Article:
After getting the gas we hooked the car up to the RV and took off for Devils Tower, Wyoming. It was a short drive although a bit harrowing at time. A 10% grade is a lot to climb in a gas RV not to mention the few u-turns. We arrived and were checked in at Devils Tower/Black Hills KOA very quickly.
After lunch, we headed out for Sundance. Sundance, Wy on a Sunday afternoon is one quiet town! We rode around looking for the Crook County Museum and the Sundance Kid statue. Around and around the blocks we went until we finally stopped and realized that we were right at the statue and the museum. The museum closed at 3:00 on Sundays so I just got a picture of the statue and then we headed on to Beulah to the Vore Buffalo exhibit.
On the way to the Vore Buffalo exhibit, we stopped by the Wyoming Welcome Center where we were able to garner a lot of information plus enjoy the many displays they had. It is a warm welcome to Wyoming.
We learned even more information about the bison at the Vore Buffalo exhibit. Years and years ago in order to kill the bison, the Plains Indians and other tribes from the Northern Plains would gather for a communal hunt to drive herds of bison over a cliff. The bison would either die from a broken neck from the fall, bleed to death or be suffocated by the others on top of them. Right there at the bottom, after the bison were dead the tribes would butcher and process nearly all of the bison. At that time the Plains had no horses or guns so herding was the only way they could get the bison which supplied the food, clothing, tools, fuel, ceremonial objects, and even toys. Can you imagine trying to herd bison on foot? Scary but that was their only option as hunting individually was much more dangerous. Jerry suddenly developed a headache so we did not take the tour which would have been interesting but instead got a brief introduction to the exhibit by a very knowledgeable young lady working in the gift shop.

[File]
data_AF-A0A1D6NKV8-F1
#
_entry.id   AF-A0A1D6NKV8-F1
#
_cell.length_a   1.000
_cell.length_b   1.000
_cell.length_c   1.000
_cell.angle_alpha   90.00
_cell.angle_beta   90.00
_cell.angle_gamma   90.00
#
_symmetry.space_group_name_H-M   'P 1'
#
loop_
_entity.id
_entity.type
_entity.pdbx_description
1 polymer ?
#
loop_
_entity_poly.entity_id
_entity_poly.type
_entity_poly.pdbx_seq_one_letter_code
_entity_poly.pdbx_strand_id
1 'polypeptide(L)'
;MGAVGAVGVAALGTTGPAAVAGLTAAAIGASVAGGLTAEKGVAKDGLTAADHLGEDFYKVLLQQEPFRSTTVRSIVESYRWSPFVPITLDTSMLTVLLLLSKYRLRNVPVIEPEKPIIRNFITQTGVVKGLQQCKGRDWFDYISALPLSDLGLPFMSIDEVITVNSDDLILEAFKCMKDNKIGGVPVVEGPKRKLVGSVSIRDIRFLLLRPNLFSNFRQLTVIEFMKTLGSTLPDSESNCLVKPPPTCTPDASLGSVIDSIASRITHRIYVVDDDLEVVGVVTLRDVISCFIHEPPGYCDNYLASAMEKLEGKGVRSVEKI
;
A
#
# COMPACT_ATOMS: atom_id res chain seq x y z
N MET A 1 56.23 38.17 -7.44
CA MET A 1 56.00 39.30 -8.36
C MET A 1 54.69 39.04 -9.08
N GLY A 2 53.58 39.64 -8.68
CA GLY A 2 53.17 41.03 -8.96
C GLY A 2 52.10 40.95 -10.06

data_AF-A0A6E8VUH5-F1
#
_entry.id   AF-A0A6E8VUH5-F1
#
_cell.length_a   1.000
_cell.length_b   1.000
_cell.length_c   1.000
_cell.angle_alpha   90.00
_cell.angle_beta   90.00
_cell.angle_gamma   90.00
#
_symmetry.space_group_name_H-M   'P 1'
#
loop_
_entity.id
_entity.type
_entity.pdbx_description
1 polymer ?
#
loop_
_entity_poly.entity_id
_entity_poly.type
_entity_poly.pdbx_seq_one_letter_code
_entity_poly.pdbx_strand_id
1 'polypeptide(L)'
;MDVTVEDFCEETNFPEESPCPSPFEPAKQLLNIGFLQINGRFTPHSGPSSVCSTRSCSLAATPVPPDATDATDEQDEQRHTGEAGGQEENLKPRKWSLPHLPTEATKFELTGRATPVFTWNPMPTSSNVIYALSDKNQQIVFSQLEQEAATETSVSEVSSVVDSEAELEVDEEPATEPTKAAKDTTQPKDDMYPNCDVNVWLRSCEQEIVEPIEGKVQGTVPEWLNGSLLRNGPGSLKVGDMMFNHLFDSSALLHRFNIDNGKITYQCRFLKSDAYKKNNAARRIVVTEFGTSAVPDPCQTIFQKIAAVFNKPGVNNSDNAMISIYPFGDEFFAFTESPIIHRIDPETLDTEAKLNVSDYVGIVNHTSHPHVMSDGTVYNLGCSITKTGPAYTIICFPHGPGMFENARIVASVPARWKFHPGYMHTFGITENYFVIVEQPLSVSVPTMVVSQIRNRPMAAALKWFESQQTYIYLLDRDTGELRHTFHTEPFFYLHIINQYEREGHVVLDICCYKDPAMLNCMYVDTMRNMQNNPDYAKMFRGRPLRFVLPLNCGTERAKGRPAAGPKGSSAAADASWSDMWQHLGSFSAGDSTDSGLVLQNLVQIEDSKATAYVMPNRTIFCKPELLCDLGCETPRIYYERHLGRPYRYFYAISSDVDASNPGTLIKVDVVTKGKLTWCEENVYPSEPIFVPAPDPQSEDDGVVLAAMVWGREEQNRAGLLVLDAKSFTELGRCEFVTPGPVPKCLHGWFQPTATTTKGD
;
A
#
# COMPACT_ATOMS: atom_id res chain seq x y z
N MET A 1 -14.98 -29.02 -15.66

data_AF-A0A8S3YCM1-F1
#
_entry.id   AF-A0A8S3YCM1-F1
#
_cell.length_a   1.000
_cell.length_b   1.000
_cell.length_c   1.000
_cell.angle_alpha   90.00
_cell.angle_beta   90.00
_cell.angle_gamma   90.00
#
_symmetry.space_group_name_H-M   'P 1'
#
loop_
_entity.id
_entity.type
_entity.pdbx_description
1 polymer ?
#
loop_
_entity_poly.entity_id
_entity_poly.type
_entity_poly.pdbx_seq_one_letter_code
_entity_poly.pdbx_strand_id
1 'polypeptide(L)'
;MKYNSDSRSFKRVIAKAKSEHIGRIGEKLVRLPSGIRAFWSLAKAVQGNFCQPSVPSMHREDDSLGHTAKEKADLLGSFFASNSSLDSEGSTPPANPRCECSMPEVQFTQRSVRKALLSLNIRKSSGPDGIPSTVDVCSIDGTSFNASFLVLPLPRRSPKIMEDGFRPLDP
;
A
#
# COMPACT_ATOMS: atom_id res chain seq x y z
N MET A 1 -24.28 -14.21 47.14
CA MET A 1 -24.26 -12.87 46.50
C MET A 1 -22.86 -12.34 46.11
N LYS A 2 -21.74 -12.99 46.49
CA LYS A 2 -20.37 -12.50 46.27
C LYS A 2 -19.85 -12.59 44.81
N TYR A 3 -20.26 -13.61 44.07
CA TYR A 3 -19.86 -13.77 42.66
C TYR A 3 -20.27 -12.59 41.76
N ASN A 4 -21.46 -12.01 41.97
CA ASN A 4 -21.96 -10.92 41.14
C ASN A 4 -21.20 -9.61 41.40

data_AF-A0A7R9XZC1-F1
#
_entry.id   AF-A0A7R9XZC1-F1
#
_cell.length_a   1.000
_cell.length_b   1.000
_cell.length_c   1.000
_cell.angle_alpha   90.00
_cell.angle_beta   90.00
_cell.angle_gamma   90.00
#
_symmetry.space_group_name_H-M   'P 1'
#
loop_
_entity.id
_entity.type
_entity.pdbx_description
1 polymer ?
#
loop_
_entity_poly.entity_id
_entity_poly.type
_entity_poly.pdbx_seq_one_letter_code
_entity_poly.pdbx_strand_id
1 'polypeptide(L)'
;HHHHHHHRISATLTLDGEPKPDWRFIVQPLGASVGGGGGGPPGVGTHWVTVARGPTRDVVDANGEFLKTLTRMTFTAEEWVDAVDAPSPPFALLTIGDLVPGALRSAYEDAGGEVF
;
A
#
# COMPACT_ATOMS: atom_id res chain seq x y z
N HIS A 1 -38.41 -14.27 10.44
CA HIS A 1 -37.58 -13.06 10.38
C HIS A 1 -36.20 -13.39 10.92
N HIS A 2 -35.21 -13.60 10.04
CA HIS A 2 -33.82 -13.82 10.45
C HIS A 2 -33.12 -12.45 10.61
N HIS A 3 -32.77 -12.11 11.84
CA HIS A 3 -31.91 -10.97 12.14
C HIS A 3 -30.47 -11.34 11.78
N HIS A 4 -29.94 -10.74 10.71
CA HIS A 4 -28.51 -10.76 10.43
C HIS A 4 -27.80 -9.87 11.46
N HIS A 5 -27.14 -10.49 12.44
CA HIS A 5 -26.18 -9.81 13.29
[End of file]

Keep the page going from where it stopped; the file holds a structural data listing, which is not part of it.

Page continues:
Since Jerry’s head was hurting guess who got to drive back? Wow, it really wasn’t that bad even though we had a 9% grade at one point. It surely is easier and quicker in a car than in a motor home – not that I drove the motor home!
We arrived back at the campground, had dinner and then headed over to the campground office where they show the movie, “Close Encounters of the Third Kind”. Much of the movie was filmed at Devil’s Tower and we could plainly see it in the movie. As we watched the characters climb up the tower Jerry remarked to me twice that we wouldn’t be taking the same trails!
This morning when I woke up, I checked the weather. One source said it was 62 degrees and the other said 75 degrees. Since I don’t like to travel in shorts, I went with 62 degrees and put on my jeans and a long-sleeved tee. Guess which one was correct. Yeah, it was 75. The first order of business when we arrived in Devils Tower was to change clothes. I put on some shorts for the afternoon and then changed once again for the movie. With jeans and a sweatshirt that I put on shortly after the movie started plus the blanket Jerry brought, I was comfortable with the 52-degree temps! We’ll sleep good tonight!